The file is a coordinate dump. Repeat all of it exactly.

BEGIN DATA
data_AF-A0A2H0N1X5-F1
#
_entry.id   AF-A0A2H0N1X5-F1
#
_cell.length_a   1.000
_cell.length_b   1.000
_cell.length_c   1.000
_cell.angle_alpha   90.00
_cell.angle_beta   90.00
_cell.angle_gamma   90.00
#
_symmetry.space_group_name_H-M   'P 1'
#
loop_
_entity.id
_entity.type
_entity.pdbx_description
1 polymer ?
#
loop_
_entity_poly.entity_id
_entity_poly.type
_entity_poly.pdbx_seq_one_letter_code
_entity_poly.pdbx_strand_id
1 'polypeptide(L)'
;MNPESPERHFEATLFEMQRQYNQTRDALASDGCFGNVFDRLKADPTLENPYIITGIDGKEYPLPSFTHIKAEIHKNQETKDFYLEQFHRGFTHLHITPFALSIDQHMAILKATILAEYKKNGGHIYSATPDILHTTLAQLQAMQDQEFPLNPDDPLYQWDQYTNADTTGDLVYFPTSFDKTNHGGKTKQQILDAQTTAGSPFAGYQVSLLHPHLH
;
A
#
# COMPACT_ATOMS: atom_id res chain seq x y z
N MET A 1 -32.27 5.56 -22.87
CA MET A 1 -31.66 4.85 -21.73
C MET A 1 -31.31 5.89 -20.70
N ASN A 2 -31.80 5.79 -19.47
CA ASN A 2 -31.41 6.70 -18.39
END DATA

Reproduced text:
data_AF-A0A2H0N1X5-F1
#
_entry.id   AF-A0A2H0N1X5-F1
#
_cell.length_a   1.000
_cell.length_b   1.000
_cell.length_c   1.000
_cell.angle_alpha   90.00
_cell.angle_beta   90.00
_cell.angle_gamma   90.00
#
_symmetry.space_group_name_H-M   'P 1'
#
loop_
_entity.id
_entity.type
_entity.pdbx_description
1 polymer ?
#
loop_
_entity_poly.entity_id
_entity_poly.type
_entity_poly.pdbx_seq_one_letter_code
_entity_poly.pdbx_strand_id
1 'polypeptide(L)'
;MNPESPERHFEATLFEMQRQYNQTRDALASDGCFGNVFDRLKADPTLENPYIITGIDGKEYPLPSFTHIKAEIHKNQETKDFYLEQFHRGFTHLHITPFALSIDQHMAILKATILAEYKKNGGHIYSATPDILHTTLAQLQAMQDQEFPLNPDDPLYQWDQYTNADTTGDLVYFPTSFDKTNHGGKTKQQILDAQTTAGSPFAGYQVSLLHPHLH
;
A
#
# COMPACT_ATOMS: atom_id res chain seq x y z
N MET A 1 -32.27 5.56 -22.87
CA MET A 1 -31.66 4.85 -21.73
C MET A 1 -31.31 5.89 -20.70
N ASN A 2 -31.80 5.79 -19.47
CA ASN A 2 -31.41 6.70 -18.39